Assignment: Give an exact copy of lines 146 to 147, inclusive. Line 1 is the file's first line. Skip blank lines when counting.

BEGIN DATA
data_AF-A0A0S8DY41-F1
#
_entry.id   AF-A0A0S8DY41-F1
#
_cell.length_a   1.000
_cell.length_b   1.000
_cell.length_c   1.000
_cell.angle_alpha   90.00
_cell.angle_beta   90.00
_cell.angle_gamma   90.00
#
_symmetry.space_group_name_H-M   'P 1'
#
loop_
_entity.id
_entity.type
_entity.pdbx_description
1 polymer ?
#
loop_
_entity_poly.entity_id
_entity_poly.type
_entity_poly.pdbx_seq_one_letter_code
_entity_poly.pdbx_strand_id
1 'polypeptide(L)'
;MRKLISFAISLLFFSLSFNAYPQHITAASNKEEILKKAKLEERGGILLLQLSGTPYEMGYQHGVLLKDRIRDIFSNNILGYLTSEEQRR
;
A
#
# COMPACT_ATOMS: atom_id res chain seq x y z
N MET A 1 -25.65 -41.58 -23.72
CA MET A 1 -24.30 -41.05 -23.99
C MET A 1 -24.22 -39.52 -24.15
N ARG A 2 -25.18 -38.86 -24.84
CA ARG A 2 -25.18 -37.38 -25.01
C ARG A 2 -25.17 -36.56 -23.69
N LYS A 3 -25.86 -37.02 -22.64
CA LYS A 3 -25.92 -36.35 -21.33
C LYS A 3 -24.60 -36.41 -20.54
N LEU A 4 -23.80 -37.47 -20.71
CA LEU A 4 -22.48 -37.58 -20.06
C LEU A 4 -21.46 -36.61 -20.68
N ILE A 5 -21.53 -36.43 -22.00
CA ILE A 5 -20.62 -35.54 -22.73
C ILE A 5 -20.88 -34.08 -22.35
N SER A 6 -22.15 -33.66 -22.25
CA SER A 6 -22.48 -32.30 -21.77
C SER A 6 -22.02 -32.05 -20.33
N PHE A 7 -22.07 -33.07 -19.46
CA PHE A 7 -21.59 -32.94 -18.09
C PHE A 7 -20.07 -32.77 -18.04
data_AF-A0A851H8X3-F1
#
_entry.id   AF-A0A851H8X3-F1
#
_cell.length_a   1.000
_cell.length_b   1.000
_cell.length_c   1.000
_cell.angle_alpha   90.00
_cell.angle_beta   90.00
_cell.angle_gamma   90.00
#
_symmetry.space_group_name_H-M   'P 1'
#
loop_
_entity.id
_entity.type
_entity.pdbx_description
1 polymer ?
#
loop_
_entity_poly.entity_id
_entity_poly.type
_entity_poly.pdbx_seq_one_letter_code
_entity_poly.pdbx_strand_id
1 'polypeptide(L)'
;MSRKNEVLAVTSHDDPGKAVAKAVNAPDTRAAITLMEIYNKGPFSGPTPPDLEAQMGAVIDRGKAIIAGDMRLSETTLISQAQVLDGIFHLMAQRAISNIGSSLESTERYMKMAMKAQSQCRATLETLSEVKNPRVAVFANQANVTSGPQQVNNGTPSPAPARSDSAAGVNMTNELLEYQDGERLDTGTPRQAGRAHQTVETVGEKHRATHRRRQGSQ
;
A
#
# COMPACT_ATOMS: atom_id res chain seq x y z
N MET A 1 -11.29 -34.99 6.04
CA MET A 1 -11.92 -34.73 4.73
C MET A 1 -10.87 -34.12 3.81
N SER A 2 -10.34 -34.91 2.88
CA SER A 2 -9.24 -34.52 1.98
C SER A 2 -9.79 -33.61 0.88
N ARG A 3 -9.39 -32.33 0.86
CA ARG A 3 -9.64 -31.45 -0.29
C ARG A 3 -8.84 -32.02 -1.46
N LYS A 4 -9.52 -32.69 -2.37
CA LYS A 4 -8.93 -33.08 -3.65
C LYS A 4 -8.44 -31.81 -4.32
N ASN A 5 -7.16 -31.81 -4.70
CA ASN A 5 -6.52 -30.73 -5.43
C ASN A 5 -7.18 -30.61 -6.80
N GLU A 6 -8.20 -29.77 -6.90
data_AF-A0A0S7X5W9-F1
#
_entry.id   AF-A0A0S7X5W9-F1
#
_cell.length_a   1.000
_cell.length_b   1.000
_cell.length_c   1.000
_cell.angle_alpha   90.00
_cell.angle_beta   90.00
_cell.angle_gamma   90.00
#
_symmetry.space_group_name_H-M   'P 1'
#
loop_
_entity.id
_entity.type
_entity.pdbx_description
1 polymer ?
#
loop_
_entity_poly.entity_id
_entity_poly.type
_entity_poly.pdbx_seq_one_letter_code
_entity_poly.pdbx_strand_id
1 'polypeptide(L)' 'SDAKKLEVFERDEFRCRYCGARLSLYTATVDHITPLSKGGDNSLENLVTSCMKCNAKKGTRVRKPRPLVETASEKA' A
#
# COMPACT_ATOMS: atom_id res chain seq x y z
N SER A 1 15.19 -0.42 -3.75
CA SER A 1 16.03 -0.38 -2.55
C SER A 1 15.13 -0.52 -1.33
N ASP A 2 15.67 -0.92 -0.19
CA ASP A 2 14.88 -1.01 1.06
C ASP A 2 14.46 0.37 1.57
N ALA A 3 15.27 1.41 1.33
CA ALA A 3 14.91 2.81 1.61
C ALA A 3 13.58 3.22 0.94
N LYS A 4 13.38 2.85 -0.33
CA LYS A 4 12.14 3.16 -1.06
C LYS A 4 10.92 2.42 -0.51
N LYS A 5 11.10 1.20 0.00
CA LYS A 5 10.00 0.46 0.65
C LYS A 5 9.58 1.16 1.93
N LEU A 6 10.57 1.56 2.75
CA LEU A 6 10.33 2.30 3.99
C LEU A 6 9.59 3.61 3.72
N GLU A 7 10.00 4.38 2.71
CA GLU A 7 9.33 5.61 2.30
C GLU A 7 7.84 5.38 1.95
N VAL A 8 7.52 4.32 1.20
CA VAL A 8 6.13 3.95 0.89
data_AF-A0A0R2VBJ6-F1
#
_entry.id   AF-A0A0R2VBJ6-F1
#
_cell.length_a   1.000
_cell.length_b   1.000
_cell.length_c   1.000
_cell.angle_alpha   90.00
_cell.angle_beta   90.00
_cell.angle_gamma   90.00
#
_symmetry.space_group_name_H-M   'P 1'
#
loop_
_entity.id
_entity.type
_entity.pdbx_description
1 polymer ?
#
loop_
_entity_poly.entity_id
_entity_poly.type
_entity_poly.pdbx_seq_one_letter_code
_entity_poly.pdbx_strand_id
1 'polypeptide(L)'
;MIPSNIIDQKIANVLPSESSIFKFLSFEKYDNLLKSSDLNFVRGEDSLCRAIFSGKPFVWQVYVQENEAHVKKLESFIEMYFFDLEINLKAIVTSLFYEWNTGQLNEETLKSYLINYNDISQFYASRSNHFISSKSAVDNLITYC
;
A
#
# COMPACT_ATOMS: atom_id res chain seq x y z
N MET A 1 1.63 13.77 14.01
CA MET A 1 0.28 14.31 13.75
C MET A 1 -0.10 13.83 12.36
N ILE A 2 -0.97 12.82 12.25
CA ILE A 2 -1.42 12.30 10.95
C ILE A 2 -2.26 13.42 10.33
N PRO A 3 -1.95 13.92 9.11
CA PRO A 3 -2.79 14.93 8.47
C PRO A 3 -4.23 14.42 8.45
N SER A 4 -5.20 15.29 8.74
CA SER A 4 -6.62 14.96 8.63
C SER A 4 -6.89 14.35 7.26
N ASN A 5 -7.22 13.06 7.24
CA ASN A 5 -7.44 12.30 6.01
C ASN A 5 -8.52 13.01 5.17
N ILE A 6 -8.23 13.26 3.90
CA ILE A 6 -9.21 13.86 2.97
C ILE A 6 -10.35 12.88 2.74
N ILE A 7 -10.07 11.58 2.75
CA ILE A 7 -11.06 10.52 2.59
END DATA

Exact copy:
N VAL A 8 7.52 4.32 1.20
CA VAL A 8 6.13 3.95 0.89